cannabisnews.com: Bill Bans Mix of Kids, Drugs 





Bill Bans Mix of Kids, Drugs 
Posted by FoM on March 04, 2000 at 09:50:19 PT
By Dan Joling, The Associated Press 
Source: Anchorage Daily News
A bill making it a crime to bring children anywhere illegal drugs are being used was approved by the state House on Friday. Adults who bring children into "the immediate physical presence" of the use, delivery or manufacture of drugs could be prosecuted as contributing to the delinquency of a minor, which falls under the most serious classification of misdemeanors. 
Rep. John Cowdery, R-Anchorage, said the bill sends a strong message that the penalties for mixing children and drugs are getting stiffer. But critics said the measure is too broad and that innocent people could be prosecuted if they unwittingly bring children into a public restroom where drugs are being sold or take children on visits to relatives or neighbors who use drugs. Rep. John Davies, D-Fairbanks, said education instead of more laws is needed to address the nation's drug problem, and he quoted a cartoon caption to comment on the ineffectiveness of stiff penalties of current laws. "We're losing the war on drugs, but look at all the prisoners we're taking," Davies said. The original version of House Bill 180 made it a crime to allow children in the presence of anyone possessing drugs - even if the children were not aware of the drugs. Davies said it would be hard to argue that children would be harmed if they did not know drugs were in the room. Democrats continued to argue against the bill after it was amended. Rep. Sharon Cissna, D-Anchorage, said a mother could be prosecuted under the law if she chose for religious reasons to stay with an abusive husband who used drugs. Rep. Ben Grussendorf, R-Sitka, said many people are in different socioeconomic circumstances than legislators and live close to undesirable neighbors or extended family members who use drugs. Parents in such circumstances easily could be with their children in close proximity to drug use and subject to prosecution. Rep. Con Bunde, R-Anchorage, said police and prosecutors would have discretion to withhold charges if a parent were in such circumstances. Rep. Jeannette James, R-North Pole, said allowing children to witness drug use does more harm than possibly encouraging them to try drugs. "It teaches them a total disrespect for the law," James said. The bill was approved 25-11 and now moves to the Senate for consideration. Juneau:Published: Saturday, March 4, 2000 Copyright  2000 The Anchorage Daily News CannabisNews Search of News Articles from Alaska:http://www.alltheweb.com/cgi-bin/asearch?type=all&query=cannabisnews+alaska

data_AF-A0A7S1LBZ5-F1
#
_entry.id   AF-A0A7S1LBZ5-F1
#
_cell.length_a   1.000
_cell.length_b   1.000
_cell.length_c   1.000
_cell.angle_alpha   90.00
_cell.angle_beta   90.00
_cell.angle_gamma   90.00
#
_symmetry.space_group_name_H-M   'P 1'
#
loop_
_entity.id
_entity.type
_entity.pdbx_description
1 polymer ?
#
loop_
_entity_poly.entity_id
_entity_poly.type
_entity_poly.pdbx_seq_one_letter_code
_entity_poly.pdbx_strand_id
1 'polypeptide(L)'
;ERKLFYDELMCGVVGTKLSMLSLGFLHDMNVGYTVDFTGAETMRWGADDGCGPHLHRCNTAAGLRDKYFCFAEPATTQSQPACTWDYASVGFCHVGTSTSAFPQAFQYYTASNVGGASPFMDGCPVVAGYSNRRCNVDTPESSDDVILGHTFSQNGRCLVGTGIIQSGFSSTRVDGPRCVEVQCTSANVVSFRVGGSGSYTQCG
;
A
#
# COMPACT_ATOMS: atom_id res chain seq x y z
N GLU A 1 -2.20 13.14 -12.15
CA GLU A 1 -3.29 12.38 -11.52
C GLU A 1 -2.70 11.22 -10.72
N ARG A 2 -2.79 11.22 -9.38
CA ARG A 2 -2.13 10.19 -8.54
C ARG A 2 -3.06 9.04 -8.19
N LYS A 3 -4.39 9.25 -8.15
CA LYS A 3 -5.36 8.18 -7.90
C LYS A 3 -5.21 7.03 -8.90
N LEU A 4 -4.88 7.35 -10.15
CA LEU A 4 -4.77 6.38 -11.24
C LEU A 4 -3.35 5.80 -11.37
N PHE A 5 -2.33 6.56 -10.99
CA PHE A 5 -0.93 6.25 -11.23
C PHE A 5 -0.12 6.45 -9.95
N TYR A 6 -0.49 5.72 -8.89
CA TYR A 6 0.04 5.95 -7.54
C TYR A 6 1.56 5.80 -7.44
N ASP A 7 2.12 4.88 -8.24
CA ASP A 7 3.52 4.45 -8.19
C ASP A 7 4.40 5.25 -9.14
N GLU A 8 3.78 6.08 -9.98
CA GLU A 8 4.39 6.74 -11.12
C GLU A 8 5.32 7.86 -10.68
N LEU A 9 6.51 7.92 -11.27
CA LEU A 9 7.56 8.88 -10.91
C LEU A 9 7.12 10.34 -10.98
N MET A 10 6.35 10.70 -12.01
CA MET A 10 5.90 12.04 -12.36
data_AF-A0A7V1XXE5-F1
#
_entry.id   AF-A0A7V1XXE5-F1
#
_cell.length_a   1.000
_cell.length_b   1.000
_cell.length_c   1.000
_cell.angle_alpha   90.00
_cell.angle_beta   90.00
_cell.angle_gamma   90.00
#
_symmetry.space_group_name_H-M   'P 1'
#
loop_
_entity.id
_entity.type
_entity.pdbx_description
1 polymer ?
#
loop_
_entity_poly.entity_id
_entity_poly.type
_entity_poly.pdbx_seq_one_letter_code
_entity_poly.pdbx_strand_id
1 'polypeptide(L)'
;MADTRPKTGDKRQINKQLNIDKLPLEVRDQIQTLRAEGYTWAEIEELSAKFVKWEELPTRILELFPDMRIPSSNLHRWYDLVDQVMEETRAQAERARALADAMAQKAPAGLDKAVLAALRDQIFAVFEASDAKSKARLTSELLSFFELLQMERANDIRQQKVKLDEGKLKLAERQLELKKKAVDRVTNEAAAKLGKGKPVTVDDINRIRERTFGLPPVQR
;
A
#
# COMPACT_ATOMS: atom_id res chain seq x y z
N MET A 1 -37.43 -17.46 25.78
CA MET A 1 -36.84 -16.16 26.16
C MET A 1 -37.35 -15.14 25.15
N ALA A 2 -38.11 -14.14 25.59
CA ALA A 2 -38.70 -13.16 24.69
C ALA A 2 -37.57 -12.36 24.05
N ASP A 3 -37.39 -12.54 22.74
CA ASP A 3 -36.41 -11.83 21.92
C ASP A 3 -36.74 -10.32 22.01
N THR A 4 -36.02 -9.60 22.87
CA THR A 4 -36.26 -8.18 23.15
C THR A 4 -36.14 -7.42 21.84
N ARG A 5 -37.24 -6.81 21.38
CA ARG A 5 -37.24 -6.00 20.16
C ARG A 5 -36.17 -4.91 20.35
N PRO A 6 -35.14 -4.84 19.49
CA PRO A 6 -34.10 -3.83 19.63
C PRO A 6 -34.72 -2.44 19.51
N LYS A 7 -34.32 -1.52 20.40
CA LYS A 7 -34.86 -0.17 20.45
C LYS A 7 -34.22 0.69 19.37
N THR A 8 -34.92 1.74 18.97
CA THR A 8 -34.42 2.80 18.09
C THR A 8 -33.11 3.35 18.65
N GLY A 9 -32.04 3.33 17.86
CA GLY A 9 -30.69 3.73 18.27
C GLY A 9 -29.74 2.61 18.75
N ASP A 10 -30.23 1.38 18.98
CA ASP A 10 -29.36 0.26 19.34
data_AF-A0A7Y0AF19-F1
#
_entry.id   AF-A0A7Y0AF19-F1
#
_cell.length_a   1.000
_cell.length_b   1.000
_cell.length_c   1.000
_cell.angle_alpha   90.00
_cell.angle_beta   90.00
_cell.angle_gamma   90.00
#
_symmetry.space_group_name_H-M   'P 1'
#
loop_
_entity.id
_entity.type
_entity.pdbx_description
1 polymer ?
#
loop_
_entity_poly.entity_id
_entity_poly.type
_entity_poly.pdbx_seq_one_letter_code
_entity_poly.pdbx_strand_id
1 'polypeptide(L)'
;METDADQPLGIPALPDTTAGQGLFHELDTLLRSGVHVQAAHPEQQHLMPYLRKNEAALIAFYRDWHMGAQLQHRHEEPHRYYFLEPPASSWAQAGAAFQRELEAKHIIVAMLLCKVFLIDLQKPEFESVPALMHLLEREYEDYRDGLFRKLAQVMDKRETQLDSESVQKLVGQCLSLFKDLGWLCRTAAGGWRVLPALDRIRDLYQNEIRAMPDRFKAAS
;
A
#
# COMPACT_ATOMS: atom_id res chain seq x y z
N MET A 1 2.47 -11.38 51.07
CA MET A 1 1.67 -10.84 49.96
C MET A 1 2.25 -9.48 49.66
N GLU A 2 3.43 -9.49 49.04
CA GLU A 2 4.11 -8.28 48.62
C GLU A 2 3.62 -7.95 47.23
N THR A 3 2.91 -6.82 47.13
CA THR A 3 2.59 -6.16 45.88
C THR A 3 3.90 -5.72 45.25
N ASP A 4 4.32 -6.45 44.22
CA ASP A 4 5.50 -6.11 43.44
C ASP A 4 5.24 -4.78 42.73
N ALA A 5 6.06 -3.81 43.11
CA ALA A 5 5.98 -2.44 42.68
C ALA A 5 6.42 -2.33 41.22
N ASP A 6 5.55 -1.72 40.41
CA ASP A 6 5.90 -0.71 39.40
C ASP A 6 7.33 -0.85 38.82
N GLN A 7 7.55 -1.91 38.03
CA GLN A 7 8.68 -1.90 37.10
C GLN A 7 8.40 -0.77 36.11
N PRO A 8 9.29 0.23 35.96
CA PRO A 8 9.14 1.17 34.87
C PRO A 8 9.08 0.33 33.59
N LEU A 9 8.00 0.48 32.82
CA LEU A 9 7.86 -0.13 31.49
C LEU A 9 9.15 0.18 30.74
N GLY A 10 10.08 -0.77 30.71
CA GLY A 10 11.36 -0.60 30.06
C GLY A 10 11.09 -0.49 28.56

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Comment #1 posted by kaptinemo on March 04, 2000 at 15:17:20 PT
That reminds me  :)
Rep. John Davies, D-Fairbanks, said education instead of more laws is needed to address the nation's drug problem, and he quoted a cartoon caption to comment on the ineffectiveness of stiff penalties of current laws. "We're losing the war on drugs, but look at all the prisoners we're taking," Davies said. I heard a British fellow crack a joke once: Russia and China go to war. On the first day, the Russians take 100,000 prisoners. On the second day, the Russians take 1,000,000 prisoners. On the third day, the Russians take 10,000,000 prisoners. On the fourth day, the Russians surrender. The analogy is obvious. This is a 'war' that cannot be won by attrition, no matter what Barry and his bean-counting, chart-scribbling, flag-waving cohorts might think. But back to the matter at hand:'The original version of House Bill 180 made it a crime to allow children in the presence of anyone possessing drugs - even if the children were not aware of the drugs. Davies said it would be hard to argue that children would be harmed if they did not know drugs were in the room.'Let's see: if you are standing in front of a child while holding a can of beer, then you're guilty under this law. What? You say that's preposterous? Why is it? You say it's because alcohol's not a ....uh. Uh. Uh. (sound of mental gears jamming) We have to make them say it. A D-R-U-G. Because once he admits it to himself, a very large and important leg propping up Joe Sixpack's tepid but automatic support of the WoSD will come crashing down. Once that very convenient cognitive dissonance that the DrugWarriors depend upon so much for their support is weakened, then calls for reform will be taken more seriously. Until then, we will continue to have hysterical rubbish like this bill showing up in our legislatures. 
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